Susan's Blog

Thursday, December 15, 2005

Puzzle Piece PC

A reader from a website I respect wrote in about my use of the puzzle piece on my website, the by-now familiar symbol many use for autism awareness. She asked me if I would consider using the infinity sign instead, adding that the puzzle piece carries a negative connotation for some, because it implies that our children are somehow not whole, that not all their pieces are in place, or that they are puzzles to us. I told her I would think about it, but I am hesitant to make this change, because frankly Nat is a puzzle to me in many ways, although I agree with her that he is completely “whole,” just as he is.


Frankly, i think all of us are puzzle pieces in the grand scheme so I don’t see any negative connotations……

— added by Anonymous on Thursday, December 15, 2005 at 4:36 pm

Here’s a link to a well written article that discusses the autism awareness puzzle piece debate.

It is a growing controversy. There’s even a website that sells anti-puzzle piece merchandise, such as T-shirts with a red slash through the puzzle ribbon.

— added by Bonnie Ventura on Thursday, December 15, 2005 at 6:21 pm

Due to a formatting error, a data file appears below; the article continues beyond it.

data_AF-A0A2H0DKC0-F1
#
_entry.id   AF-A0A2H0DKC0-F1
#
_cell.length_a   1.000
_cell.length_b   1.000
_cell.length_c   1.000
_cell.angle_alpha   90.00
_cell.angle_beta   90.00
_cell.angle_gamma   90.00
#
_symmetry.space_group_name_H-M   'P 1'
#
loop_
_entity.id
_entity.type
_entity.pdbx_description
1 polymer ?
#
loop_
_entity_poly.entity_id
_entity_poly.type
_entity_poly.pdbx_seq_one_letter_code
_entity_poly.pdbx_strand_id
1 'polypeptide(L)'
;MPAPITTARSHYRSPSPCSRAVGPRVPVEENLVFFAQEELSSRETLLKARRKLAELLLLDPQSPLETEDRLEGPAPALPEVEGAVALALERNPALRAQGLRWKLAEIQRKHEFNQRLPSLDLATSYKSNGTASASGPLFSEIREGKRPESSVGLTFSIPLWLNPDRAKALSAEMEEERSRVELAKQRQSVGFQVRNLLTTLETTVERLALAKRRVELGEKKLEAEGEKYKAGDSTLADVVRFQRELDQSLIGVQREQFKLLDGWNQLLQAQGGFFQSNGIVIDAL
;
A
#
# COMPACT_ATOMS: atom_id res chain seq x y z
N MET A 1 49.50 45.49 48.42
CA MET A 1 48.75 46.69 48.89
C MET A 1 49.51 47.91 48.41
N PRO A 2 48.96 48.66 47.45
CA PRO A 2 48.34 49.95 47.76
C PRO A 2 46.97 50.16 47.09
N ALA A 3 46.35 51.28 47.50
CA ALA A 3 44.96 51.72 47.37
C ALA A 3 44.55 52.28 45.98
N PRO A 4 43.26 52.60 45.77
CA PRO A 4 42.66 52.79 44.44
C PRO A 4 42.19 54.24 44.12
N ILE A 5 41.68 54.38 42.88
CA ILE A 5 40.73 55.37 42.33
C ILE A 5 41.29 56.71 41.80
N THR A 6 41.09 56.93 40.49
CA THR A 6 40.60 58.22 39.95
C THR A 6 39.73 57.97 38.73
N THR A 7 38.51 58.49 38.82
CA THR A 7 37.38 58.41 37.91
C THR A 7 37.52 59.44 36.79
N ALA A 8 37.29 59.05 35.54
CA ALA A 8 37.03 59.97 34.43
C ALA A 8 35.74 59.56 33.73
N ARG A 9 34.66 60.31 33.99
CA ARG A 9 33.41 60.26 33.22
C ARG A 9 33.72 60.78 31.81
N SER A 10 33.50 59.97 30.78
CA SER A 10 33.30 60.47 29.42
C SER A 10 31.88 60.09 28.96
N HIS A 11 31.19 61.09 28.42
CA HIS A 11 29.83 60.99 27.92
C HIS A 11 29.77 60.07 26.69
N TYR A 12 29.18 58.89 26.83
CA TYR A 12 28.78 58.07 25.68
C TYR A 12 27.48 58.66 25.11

It always amazes me how *some*one will find a way to take something that was never meant to be negative and find a way to make it so. Perhaps, that’s the beauty of free speech and thought and the myriad of perspectives we enjoy as Americans? But, I do believe, as you and the other person who posted a comment — we are *all* puzzle pieces in the grander scheme of things. And, a piece on it’s own IS a *whole* piece — with it’s own rightful place in the bigger picture. The trick is figuring out that place. I love the motto/mantra of my son’s school: “Making sense of the puzzle” To me it says it all. They constantly impress me with how they take each child, study and evaluate the many, many aspects that are part of their autistic uniqueness, then chart a well thought out course for their development. They adapt when needed as *all* of us learn and you truly are ever on the quest of making sense of the puzzle. We have learned so much about the many facets of our son (and learned to appreciate them!) by accepting that it’s a constant learning experience as you chip away at the little clues he gives us along the way. Long live the puzzle piece! 🙂

— added by Lisa Lockhart on Monday, December 19, 2005 at 8:45 pm